The closed-form formula for the nth triangular number is

``(n + 1) * n / 2``

Define `triangular_sum`, which takes an integer `n` and returns the sum of the first `n` triangular numbers, while printing each of the triangular numbers between 1 and the `n`th triangular number.

``````def triangular_sum(n):
"""
>>> t_sum = triangular_sum(5):
1
3
6
10
15
>>> t_sum
35
"""
count = 1
t_sum = 0
while count <= n:
t_number = count * (count + 1) // 2
print(t_number)
t_sum += t_number
count += 1
return t_sum``````

## Medium

### Question 5: Same hailstone

Implement `same_hailstone`, which returns whether positive integer arguments `a` and `b` are part of the same hailstone sequence. A hailstone sequence is defined in Homework 1 as the following:

1. Pick a positive integer `n` as the start.
2. If `n` is even, divide it by 2.
3. If `n` is odd, multiply it by 3 and add 1.
4. Continue this process until `n` is 1.
``````def same_hailstone(a, b):
"""Return whether a and b are both members of the same hailstone
sequence.

>>> same_hailstone(10, 16) # 10, 5, 16, 8, 4, 2, 1
True
>>> same_hailstone(16, 10) # order doesn't matter
True
>>> result = same_hailstone(3, 19) # return, don't print
>>> result
False

Extra tests:

>>> same_hailstone(19, 3)
False
>>> same_hailstone(4858, 61)
True
>>> same_hailstone(7, 6)
False
"""
return in_hailstone(a, b) or in_hailstone(b, a)

def in_hailstone(a, b):
"""Return whether b is in hailstone sequence of a."""
while a > 1:
if a == b:
return True
elif a % 2 == 0:
a = a // 2
else:
a = a * 3 + 1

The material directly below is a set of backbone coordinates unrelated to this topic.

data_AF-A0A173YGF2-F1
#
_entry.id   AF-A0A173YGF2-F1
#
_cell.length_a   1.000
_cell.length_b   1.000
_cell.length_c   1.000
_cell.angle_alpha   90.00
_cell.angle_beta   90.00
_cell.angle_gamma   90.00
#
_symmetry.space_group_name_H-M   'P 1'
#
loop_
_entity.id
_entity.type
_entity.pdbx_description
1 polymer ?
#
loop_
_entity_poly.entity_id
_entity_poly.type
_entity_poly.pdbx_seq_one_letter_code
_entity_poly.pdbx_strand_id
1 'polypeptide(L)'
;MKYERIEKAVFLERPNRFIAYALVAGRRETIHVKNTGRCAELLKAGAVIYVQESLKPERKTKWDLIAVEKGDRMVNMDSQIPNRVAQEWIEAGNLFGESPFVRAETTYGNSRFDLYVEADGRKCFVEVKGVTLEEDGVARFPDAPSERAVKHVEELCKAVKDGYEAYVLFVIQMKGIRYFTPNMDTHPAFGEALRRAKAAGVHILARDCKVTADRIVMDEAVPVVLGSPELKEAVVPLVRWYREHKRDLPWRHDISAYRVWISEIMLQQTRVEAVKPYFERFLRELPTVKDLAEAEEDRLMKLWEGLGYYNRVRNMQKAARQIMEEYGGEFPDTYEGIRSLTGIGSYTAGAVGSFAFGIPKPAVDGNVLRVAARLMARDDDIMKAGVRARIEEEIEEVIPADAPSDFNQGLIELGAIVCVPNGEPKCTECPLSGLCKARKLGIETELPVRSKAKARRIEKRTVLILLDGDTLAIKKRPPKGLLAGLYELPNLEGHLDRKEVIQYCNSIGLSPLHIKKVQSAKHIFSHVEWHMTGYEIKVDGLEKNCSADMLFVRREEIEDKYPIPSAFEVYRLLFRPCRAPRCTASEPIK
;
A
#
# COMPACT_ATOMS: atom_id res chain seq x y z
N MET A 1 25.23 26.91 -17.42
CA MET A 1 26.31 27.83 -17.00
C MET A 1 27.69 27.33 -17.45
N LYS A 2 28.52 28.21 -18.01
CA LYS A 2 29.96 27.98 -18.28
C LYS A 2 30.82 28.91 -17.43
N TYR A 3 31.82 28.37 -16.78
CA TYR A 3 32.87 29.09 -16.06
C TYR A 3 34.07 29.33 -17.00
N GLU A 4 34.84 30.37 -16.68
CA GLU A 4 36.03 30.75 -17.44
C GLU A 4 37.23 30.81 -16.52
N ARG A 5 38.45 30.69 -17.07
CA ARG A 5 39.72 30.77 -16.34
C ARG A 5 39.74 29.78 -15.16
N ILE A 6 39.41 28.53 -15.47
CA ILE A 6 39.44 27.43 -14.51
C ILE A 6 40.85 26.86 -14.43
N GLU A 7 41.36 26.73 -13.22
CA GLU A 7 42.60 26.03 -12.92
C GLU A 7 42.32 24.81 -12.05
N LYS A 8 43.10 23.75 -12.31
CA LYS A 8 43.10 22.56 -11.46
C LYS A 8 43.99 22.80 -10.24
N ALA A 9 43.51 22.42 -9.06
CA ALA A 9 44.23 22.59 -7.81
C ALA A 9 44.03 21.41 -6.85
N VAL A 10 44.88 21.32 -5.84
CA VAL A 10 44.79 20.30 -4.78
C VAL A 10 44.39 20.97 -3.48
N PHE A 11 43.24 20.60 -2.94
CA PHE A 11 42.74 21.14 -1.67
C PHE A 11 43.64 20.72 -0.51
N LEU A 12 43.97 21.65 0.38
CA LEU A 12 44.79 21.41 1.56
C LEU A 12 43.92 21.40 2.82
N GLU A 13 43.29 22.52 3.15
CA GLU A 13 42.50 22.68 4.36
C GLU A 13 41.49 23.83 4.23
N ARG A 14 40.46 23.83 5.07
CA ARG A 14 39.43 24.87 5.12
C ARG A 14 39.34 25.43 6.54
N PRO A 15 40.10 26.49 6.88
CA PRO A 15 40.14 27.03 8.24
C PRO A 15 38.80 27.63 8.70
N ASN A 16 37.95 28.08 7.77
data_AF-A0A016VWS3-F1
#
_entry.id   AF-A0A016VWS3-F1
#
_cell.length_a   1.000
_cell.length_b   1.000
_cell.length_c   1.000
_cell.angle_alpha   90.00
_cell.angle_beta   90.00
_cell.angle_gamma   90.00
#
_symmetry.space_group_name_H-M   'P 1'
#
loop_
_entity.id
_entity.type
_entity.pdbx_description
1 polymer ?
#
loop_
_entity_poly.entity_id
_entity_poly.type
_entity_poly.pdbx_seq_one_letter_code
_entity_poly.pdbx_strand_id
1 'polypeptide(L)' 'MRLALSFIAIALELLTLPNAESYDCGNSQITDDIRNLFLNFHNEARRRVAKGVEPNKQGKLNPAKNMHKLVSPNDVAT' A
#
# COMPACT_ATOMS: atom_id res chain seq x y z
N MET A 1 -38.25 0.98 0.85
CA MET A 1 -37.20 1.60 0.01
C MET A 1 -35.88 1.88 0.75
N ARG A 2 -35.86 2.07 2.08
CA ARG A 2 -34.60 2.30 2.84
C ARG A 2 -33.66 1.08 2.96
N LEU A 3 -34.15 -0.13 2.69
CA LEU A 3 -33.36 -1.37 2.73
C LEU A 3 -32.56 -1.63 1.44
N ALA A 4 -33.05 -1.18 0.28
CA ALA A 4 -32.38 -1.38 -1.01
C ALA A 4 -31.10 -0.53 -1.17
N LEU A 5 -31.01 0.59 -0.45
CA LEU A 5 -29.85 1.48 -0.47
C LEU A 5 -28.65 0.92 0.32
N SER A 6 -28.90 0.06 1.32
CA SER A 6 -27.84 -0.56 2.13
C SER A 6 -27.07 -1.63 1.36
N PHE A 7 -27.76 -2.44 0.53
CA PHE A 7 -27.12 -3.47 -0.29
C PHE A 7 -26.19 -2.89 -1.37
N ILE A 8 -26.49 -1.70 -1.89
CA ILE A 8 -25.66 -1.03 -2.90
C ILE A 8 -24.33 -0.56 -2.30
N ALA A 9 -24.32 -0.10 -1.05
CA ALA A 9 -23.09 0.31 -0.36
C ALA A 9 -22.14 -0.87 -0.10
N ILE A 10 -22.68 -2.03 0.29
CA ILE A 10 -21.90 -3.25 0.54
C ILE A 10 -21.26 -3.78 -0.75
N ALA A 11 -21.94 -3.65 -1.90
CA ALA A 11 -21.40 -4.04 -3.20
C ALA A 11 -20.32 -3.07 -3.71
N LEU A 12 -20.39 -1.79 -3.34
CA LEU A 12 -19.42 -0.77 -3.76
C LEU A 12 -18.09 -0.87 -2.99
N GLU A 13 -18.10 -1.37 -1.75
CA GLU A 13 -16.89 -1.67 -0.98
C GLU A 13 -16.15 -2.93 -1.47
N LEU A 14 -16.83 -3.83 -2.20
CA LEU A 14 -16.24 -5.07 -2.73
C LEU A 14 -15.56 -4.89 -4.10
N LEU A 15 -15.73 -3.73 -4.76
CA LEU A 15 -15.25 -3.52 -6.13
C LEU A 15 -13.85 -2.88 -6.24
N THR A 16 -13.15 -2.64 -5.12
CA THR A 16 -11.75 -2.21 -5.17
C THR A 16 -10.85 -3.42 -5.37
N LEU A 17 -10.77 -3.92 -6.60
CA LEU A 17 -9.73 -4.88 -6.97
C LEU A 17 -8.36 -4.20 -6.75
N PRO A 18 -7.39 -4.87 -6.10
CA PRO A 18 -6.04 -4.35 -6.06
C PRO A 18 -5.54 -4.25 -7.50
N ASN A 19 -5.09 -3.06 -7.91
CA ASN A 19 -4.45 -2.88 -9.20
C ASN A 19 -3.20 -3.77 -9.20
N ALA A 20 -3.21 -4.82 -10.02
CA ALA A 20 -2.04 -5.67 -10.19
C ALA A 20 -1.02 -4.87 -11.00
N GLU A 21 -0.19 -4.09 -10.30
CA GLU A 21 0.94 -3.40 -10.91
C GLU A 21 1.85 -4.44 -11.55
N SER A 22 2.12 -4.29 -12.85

return False``````

### Question 6

Implement the function `nearest_two`, which takes as input a positive number `x` and returns the power of two (..., 1/8, 1/4, 1/2, 1, 2, 4, 8, ...) that is nearest to `x`. If `x` is exactly between two powers of two, return the larger.

You may change the starter implementation if you wish.

``````def nearest_two(x):
"""Return the power of two that is nearest to x.

>>> nearest_two(8)    # 2 * 2 * 2 is 8
8.0
>>> nearest_two(11.5) # 11.5 is closer to 8 than 16
8.0
>>> nearest_two(14)   # 14 is closer to 16 than 8
16.0
>>> nearest_two(2015)
2048.0
>>> nearest_two(.1)
0.125
>>> nearest_two(0.75) # Tie between 1/2 and 1
1.0
>>> nearest_two(1.5)  # Tie between 1 and 2
2.0

>>> nearest_two(3)
4.0
>>> nearest_two(.01)
0.0078125
"""
power_of_two = 1.0
if x < 1:
factor = 0.5
else:
factor = 2
while abs(power_of_two * factor - x) < abs(power_of_two - x):
power_of_two = power_of_two * factor
if abs(power_of_two * 2 - x) == abs(power_of_two - x):
power_of_two = power_of_two * 2    return power_of_two``````

This implementation repeatedly doubles or halves the number `power_of_two` until reaching the closest number to `x`. The last three lines enforce the tie-breaking policy when `x` is exactly betweeen two powers of two.

### Question 7

Complete the implementation of `pi_fraction`, which takes a positive number `gap` and prints the fraction that is no more than `gap` away from `pi` and has the smallest possible positive integer denominator. See the doctests for the format of the printed output.

Hint: If you want to find the nearest integer to a number, use the built-in `round` function. It's possible to solve this problem without using `round`.

You may change the starter implementation if you wish.

``````from math import pi

def pi_fraction(gap):
"""Print the fraction within gap of pi that has the smallest denominator.

>>> pi_fraction(0.01)
22 / 7 = 3.142857142857143
>>> pi_fraction(1)
3 / 1 = 3.0
>>> pi_fraction(1/8)
13 / 4 = 3.25
>>> pi_fraction(1e-6)
355 / 113 = 3.1415929203539825

>>> pi_fraction(1e-3)
201 / 64 = 3.140625
>>> pi_fraction(1/32)
19 / 6 = 3.1666666666666665
"""
numerator, denominator = 3, 1
This implementation repeatedly increases `denominator` until the nearest fraction to `pi` is within `gap`.